David Osmon, a former Ofgem employee and now an author at the Ideal Economics think tank, has also suggested what he feels would be a better alternative to the price cap announced by the regulator - a cap on the standing charge.

A number of costs that go into making up your monthly energy bill, but the price you pay for your actual gas and electricity can be broken down into two parts – the unit rate and the standing charge.

  • Unit rate - this is the price you will pay per unit, measured in kilowatt hours (kWh) of energy, so it can fluctuate depending on how much energy you use.
  • Standing charge - this is a fixed amount that you are charged each day, regardless of how much gas or electricity you use.

No standing charge energy tariffs are avaialble, but they usually come with a higher unit rate, and so aren't usually cost-effective unless you leave your property vacant, or don't use any energy at all, for about nine months of the year.

So why does David Osmon think a cap on the standing charge would be more effective than the standard variable rate price cap announced by Ofgem?

Speaking to BBC Radio 4's PM programme, Mr Osmon highlighted how although the average annual standing charge on a dual fuel tariff currently stands at £156, the actual related costs covered by the standing charge only amount to about £60.

He then outlined how a cap on standing charges has a three-fold beneft that the Ofgem standard variable rate price cap doesn't fully address.

Osmon said: "A cap on the standing charge would have three very powerful effects: Firstly, it targets protection at low income households, who are the most vulnerable consumers. And, in particular, they consume the least energy. So, the standing charge forms a very large part of their total bill, which means they pay the highest overall rate for the energy they use.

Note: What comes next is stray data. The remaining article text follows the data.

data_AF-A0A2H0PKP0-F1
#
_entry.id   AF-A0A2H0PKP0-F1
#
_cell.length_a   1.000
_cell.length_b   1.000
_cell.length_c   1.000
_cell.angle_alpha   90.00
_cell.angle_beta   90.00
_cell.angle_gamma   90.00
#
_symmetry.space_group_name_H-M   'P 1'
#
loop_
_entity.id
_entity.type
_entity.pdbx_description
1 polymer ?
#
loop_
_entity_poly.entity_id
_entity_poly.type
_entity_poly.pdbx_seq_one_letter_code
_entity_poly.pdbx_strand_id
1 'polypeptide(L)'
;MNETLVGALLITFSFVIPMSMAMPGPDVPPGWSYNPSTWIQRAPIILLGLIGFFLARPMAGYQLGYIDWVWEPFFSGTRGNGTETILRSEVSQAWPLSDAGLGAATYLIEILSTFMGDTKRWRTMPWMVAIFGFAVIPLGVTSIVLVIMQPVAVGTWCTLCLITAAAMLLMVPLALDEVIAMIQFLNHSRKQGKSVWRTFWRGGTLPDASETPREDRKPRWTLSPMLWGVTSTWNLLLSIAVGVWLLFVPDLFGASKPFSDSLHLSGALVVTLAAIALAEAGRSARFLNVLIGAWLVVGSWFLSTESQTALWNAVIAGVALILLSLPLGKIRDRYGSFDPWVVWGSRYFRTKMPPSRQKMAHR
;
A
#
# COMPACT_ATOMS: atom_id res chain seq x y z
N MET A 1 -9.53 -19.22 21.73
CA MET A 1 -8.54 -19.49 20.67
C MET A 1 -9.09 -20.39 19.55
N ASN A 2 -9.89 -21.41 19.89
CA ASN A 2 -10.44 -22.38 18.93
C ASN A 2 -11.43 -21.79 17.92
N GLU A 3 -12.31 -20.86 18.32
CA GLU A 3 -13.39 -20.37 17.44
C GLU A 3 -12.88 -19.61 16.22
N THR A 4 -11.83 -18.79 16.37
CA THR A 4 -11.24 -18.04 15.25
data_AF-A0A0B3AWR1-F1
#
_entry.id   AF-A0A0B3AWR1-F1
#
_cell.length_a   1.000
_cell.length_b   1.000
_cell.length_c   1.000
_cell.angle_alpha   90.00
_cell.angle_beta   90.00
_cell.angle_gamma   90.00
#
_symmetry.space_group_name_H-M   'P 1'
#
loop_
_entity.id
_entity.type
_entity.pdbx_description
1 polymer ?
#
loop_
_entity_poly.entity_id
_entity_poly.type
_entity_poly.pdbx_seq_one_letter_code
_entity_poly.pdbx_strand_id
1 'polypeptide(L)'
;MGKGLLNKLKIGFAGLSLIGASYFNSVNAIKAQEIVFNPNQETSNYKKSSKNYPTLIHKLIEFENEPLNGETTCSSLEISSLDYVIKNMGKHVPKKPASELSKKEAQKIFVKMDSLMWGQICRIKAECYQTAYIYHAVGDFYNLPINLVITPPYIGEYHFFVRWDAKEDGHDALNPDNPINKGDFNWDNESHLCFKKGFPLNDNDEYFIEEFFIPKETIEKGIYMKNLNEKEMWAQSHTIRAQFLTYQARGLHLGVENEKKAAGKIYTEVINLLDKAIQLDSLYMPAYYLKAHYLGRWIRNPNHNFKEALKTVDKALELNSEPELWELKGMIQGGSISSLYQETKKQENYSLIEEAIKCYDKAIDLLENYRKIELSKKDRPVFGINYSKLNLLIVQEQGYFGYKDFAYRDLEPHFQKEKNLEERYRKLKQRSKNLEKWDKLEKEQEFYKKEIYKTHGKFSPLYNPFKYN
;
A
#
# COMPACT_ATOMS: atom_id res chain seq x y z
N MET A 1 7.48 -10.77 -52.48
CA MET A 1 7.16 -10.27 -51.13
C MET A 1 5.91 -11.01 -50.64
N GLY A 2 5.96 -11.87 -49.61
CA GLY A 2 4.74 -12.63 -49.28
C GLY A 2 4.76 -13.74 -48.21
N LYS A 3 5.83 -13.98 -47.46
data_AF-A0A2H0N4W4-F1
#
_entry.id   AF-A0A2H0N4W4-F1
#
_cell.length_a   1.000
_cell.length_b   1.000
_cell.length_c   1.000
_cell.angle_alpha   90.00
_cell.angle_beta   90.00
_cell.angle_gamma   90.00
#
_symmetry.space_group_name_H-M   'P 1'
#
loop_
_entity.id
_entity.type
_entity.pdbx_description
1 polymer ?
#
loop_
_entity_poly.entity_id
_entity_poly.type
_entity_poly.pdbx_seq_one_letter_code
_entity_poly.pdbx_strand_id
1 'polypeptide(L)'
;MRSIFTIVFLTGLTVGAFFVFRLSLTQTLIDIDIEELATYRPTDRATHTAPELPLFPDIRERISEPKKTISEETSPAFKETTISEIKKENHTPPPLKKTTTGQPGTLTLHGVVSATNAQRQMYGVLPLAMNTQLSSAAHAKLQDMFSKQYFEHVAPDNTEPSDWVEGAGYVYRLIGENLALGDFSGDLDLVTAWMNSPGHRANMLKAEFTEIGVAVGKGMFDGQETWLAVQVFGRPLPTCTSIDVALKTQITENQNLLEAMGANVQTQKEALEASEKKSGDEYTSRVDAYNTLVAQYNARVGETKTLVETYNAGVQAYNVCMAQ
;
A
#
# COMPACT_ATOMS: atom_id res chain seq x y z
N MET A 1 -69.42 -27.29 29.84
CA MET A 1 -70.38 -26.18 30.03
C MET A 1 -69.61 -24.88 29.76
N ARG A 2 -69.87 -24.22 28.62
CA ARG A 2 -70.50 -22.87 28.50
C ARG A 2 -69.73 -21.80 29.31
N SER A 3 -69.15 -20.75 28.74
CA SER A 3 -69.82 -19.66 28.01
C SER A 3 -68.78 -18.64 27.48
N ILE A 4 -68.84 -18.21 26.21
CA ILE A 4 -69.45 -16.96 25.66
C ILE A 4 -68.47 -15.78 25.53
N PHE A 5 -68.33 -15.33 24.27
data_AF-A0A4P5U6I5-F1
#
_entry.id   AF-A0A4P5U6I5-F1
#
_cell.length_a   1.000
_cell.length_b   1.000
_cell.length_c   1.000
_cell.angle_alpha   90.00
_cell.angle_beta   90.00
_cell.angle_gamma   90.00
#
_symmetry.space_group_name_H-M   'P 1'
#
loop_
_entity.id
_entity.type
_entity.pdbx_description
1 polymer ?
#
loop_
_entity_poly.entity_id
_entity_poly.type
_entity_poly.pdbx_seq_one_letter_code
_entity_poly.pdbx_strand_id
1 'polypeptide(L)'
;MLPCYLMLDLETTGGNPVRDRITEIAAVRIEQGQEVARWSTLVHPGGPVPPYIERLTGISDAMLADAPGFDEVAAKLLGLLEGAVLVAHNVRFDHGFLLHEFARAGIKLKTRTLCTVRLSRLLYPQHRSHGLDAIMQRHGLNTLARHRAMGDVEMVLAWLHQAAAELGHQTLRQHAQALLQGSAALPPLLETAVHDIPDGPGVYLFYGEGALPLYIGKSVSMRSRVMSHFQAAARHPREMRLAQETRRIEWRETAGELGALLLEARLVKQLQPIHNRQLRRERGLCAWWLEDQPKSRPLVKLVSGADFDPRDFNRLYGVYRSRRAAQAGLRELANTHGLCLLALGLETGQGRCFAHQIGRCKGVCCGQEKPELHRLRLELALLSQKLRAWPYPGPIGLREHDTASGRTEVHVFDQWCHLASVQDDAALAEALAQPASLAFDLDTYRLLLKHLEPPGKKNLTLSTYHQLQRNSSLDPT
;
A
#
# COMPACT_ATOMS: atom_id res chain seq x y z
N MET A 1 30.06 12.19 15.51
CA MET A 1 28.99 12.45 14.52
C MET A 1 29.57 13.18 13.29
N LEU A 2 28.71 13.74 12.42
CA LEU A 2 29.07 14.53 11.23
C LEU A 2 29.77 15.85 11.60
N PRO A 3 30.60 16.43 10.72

"Secondly, unlike price caps generally, a cap on the standing charge would dramatically boost competition. Consumers would find it much easier to compare tariffs as they would only need to consider the unit rates.

"And thirdly, while those in fuel poverty will be able to afford more energy as a result of having the standing charge reduced, the resulting higher unit rates will lead consumers to reduce energy consumption overall. And that will have wider benefits in terms of lowering carbon emissions, improving security of supply, and reducing the need for investment in additional generation and network capacity, which would otehrwise have fed through in higher bills for consumers."

As things stand, switching supplier remains the best way to save money on your annual energy bills, and making the switch with UKPower takes less than 10 minutes, and could cut your annual energy bills by as much as £482* a year.

Here’s how to switch energy supplier…

How to switch energy provider

Switching energy provider is a quick and easy way to save money on your monthly gas and electricity bills. Make the switch with UK Power now

Why switch energy with UKPower?

Here are four good reasons why you should make the switch with UKPower today:

  1. Saving is quick - It only takes five minutes to switch to a better deal, and you could save more than £482* on your annual energy bills.
  2. Saving is easy - We compare tariffs from a wide range of suppliers, and show you how much you could save by switching - just choose the best deal, and we'll take care of the rest.
  3. Switching is free - You'll pay nothing. The commission is paid by suppliers, and this will not affect the price of any tariff you sign up to using our service.
  4. Switching is hassle-free - The switch should take no longer than 17 days, and there'll be no disruption to your service - gas and electricity will be supplied through the same pipes and cables.

Enter your postcode in the box at the top of the page to start the switching process, and you could be on your way to cheaper energy bills in a matter of minutes.

Click here to run an energy price comparison, and see if you could be paying less for your gas and electricity.